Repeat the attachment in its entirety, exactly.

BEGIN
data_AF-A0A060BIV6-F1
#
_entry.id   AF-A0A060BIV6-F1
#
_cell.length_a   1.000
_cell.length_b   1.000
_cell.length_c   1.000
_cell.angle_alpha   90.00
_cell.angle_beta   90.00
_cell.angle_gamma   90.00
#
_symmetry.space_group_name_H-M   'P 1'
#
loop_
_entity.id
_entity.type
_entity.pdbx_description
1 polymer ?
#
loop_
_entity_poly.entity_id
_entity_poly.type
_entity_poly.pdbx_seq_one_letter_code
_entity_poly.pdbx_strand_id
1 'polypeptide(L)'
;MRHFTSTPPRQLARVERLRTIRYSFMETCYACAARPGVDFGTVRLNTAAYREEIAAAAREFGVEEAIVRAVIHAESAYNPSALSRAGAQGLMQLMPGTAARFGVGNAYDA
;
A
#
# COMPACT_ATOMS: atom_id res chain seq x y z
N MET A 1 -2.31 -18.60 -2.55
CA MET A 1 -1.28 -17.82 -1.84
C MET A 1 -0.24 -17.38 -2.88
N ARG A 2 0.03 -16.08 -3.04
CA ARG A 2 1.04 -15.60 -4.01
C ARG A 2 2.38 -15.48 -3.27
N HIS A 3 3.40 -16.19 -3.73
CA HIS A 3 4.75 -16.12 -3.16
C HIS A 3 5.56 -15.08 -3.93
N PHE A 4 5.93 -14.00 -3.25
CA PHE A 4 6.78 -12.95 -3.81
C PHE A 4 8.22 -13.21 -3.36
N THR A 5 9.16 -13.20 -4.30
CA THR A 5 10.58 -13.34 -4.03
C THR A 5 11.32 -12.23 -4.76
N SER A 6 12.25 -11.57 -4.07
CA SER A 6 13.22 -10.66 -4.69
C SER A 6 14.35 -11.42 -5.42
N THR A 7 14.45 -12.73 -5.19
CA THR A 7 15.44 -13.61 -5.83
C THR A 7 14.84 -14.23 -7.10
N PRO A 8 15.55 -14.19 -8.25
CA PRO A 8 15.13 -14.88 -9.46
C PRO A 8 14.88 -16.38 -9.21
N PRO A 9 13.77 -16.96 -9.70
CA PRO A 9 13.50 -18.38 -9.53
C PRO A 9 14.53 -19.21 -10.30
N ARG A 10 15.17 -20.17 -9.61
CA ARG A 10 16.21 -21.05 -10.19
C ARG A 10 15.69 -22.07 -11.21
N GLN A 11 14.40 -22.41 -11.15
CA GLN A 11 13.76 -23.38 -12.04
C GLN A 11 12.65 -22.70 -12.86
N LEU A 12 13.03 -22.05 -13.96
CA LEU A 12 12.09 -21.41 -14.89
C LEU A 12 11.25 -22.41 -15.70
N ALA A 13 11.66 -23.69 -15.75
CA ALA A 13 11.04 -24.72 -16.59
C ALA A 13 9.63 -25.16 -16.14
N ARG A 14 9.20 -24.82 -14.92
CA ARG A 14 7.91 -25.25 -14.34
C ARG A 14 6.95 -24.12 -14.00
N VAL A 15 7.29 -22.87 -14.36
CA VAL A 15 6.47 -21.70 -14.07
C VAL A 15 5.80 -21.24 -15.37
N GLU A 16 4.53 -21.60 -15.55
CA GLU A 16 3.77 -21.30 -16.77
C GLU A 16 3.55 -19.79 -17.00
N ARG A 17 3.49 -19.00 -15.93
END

data_AF-A0A060BIV6-F1
#
_entry.id   AF-A0A060BIV6-F1
#
_cell.length_a   1.000
_cell.length_b   1.000
_cell.length_c   1.000
_cell.angle_alpha   90.00
_cell.angle_beta   90.00
_cell.angle_gamma   90.00
#
_symmetry.space_group_name_H-M   'P 1'
#
loop_
_entity.id
_entity.type
_entity.pdbx_description
1 polymer ?
#
loop_
_entity_poly.entity_id
_entity_poly.type
_entity_poly.pdbx_seq_one_letter_code
_entity_poly.pdbx_strand_id
1 'polypeptide(L)'
;MRHFTSTPPRQLARVERLRTIRYSFMETCYACAARPGVDFGTVRLNTAAYREEIAAAAREFGVEEAIVRAVIHAESAYNPSALSRAGAQGLMQLMPGTAARFGVGNAYDA
;
A
#
# COMPACT_ATOMS: atom_id res chain seq x y z
N MET A 1 -2.31 -18.60 -2.55
CA MET A 1 -1.28 -17.82 -1.84
C MET A 1 -0.24 -17.38 -2.88
N ARG A 2 0.03 -16.08 -3.04
CA ARG A 2 1.04 -15.60 -4.01
C ARG A 2 2.38 -15.48 -3.27
N HIS A 3 3.40 -16.19 -3.73
CA HIS A 3 4.75 -16.12 -3.16
C HIS A 3 5.56 -15.08 -3.93
N PHE A 4 5.93 -14.00 -3.25
CA PHE A 4 6.78 -12.95 -3.81
C PHE A 4 8.22 -13.21 -3.36
N THR A 5 9.16 -13.20 -4.30
CA THR A 5 10.58 -13.34 -4.03
C THR A 5 11.32 -12.23 -4.76
N SER A 6 12.25 -11.57 -4.07
CA SER A 6 13.22 -10.66 -4.69
C SER A 6 14.35 -11.42 -5.42
N THR A 7 14.45 -12.73 -5.19
CA THR A 7 15.44 -13.61 -5.83
C THR A 7 14.84 -14.23 -7.10
N PRO A 8 15.55 -14.19 -8.25
CA PRO A 8 15.13 -14.88 -9.46
C PRO A 8 14.88 -16.38 -9.21
N PRO A 9 13.77 -16.96 -9.70
CA PRO A 9 13.50 -18.38 -9.53
C PRO A 9 14.53 -19.21 -10.30
N ARG A 10 15.17 -20.17 -9.61
CA ARG A 10 16.21 -21.05 -10.19
C ARG A 10 15.69 -22.07 -11.21
N GLN A 11 14.40 -22.41 -11.15
CA GLN A 11 13.76 -23.38 -12.04
C GLN A 11 12.65 -22.70 -12.86
N LEU A 12 13.03 -22.05 -13.96
CA LEU A 12 12.09 -21.41 -14.89
C LEU A 12 11.25 -22.41 -15.70
N ALA A 13 11.66 -23.69 -15.75
CA ALA A 13 11.04 -24.72 -16.59
C ALA A 13 9.63 -25.16 -16.14
N ARG A 14 9.20 -24.82 -14.92
CA ARG A 14 7.91 -25.25 -14.34
C ARG A 14 6.95 -24.12 -14.00
N VAL A 15 7.29 -22.87 -14.36
CA VAL A 15 6.47 -21.70 -14.07
C VAL A 15 5.80 -21.24 -15.37
N GLU A 16 4.53 -21.60 -15.55
CA GLU A 16 3.77 -21.30 -16.77
C GLU A 16 3.55 -19.79 -17.00
N ARG A 17 3.49 -19.00 -15.93